Our hearts melt when we see a two-year-old crying for attention. The “Mother Theresa” wakes up in all of us when we’re exposed to a picture of a malnourished child. Our spirits fill with hope when a handicapped athlete wins a triathlon. But when we see a poor, unemployed young adult, we feel nothing. The orphaned young adult population is a forgotten group.

We think “he made it this far alive, he will make it all the way”. Or: “If she doesn’t have a job right now, it’s probably her own fault.” Or, the worst one: “Too late now to invest my money/time/energy in that one.”

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It’s a problem, not unique to one community or geographic region. In Haiti, a country of an estimated 430.000 orphans and roughly 760 orphanages, ‘post-orphanage care’ is hard to find. Management teams of orphanages worry not only about food, education or beds but mostly about the future of each orphaned child and what will become of them.  The truth is, only a few lucky ones will find a job, the academically advanced ones will win scholarships to universities, maybe even become part of the management team at the institution where they grew up. On average, orphaned young adults are far behind in school, have no professional networks or skills and – due to the existing stigma of orphans – have no viable job opportunities. The more likely path for these orphans is to poverty.

They have no parents, remember? That’s where it all starts.

Just think of where we learn structure. Where do we learn discipline, trust, and communication? At the dinner table every evening, on evening walks, when tucked in at night, with and by our parents! If all these little moments of one-on-one time with a grown up are non-existent, how would you know that honesty brings you further than slyness, that $100.00 next month is worth more than $5.00 today?

This is not to say that orphanages are failing on all levels. They still provide safety, food, and shelter, which are the basic ingredients for survival. But the next step to a fulfilling, productive, and financially independent life is almost destined to fail if there’s no adult guiding you, loving you, and showing you the way.

Orphaned young adults desperately need our attention as the economic and social status of a parent will define the academic and professional development of a child. Take a moment to imagine what your life could look like if you had lacked a parent. In the developing world, this problem is much more pervasive, and we are now seeing a large population of orphaned young adults struggling for survival. Thousands of NGO’s in Haiti with impressive, sustainable programs are failing in this area. Orphanages could possibly improve in this area by providing adult mentors, and big brother/big sister programs – already put in place by some orphanages. Much more effective would be to support young children within family situations, rather than in orphanages, a trend that thankfully is growing, slowly but surely.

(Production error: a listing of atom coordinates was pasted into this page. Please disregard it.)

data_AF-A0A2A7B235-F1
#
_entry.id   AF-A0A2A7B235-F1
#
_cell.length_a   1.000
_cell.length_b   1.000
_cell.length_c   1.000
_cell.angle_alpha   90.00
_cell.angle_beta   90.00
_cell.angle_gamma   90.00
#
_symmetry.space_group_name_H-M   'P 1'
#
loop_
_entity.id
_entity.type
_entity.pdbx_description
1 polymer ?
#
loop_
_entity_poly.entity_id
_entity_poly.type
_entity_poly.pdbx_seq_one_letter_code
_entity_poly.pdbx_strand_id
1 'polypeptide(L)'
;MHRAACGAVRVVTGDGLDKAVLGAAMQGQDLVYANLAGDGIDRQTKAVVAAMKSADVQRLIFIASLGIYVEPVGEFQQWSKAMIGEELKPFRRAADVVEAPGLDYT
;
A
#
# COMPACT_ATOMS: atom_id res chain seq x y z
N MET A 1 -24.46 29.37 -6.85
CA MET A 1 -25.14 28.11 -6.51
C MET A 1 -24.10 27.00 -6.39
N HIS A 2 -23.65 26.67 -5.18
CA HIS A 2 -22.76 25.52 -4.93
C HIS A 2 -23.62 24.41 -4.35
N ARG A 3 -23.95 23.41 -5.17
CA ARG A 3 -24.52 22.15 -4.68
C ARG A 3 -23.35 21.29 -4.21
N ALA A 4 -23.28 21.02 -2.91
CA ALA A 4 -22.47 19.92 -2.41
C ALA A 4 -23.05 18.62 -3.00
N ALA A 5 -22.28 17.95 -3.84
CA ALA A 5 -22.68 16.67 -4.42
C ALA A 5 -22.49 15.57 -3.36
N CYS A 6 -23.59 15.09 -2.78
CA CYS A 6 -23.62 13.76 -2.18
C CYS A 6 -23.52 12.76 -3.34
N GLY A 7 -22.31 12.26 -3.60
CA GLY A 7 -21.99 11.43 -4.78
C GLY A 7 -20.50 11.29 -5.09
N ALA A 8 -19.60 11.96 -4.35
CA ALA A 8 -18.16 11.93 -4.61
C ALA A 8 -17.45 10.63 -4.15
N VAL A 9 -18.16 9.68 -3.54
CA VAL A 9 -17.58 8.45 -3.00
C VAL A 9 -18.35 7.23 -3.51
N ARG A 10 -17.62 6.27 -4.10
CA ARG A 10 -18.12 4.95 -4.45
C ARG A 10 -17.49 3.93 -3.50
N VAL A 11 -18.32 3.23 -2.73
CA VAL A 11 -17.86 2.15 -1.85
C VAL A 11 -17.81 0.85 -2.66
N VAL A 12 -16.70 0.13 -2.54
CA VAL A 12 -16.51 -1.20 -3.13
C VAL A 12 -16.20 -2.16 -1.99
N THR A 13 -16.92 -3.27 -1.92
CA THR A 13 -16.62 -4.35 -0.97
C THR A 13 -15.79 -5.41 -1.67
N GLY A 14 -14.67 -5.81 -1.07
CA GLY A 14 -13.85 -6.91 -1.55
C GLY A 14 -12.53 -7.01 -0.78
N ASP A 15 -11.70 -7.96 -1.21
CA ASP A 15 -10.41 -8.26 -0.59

The positive and personal attention of an adult is so powerful that even at this later stage in life, we see the young adult blossom. We see their self-esteem increase. We see their eyes filled with love and gratefulness – because they feel valued, they are seen, and their existence is acknowledged. The undeniable impact will trickle on to their little ones, once they become parents themselves.

We need to take responsibility not just for the babies, the little ones, and the handicapped ones – young adults are our near future! Let’s help them, guide them and love them. They deserve it.

In support of the World Banks #EndPoverty campaign, this blog post explains the importance of post-orphanage care - and why Kids Connection Haiti exists.

A Week full of Extremes

We just returned from a very inspiring trip to Port-au-Prince, filled with impressions, experiences and emotions. Haiti is a beautiful country with green mountains, blue ocean, and pristine white beaches, what a contrast, to the challenged neighborhoods in Port-au-Prince, where life is a daily battle for many who are struggling to get by, especially orphaned young adults who are often left on their own.

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During our trip, we visited several students at their homes in the very poor parts of Port-au-Prince. Although people live in poverty, it is beautiful and endearing to experience their warmth, friendship, generosity, and hospitality. Seeing the students at home really makes you understand the need to support them in their quest for financial independency. We also visited many schools and discussed potential partnerships and negotiated tuition fees. Partnering with school provides us with the opportunity to expand KCH’s impact, and by controlling the cost, help more students.

During the weekend, we spent a day with almost thirty of our students in the mountains. As part of the community service, we visited an ecological farm to educate the students on how to treat and preserve their environment - a topic that in Port-au-Prince is not often a priority, due to more pressing issues like hunger and housing. Most of our students do not get the chance to get out of the city too often, and it was amazing to see how much they enjoyed this day!

Before we left for the mountains we met two new adolescents with whom one of our alumni students had asked us to meet. Our alumni student has been taking care of the two, who are both orphans and have been living on the street since the earthquake in 2010. Hearing their story and their dire need for help was truly heartbreaking. You could just feel the weight on their shoulders and numbness in their faces from their harsh experiences. From a very sad and heavy start they joined us on the hike to the ecological farm and during the day they opened up, smiled, and enjoyed just being part of a group of kids of their own age and being out in the nature. Now, a few weeks later, they have done the intake with our coordinator. KCH has provided both with housing and they have selected their school. Change happens at small steps; yet seeing these kids’ faces going from numb to smiling was a very touching experience. Picture the impact of renewed hope.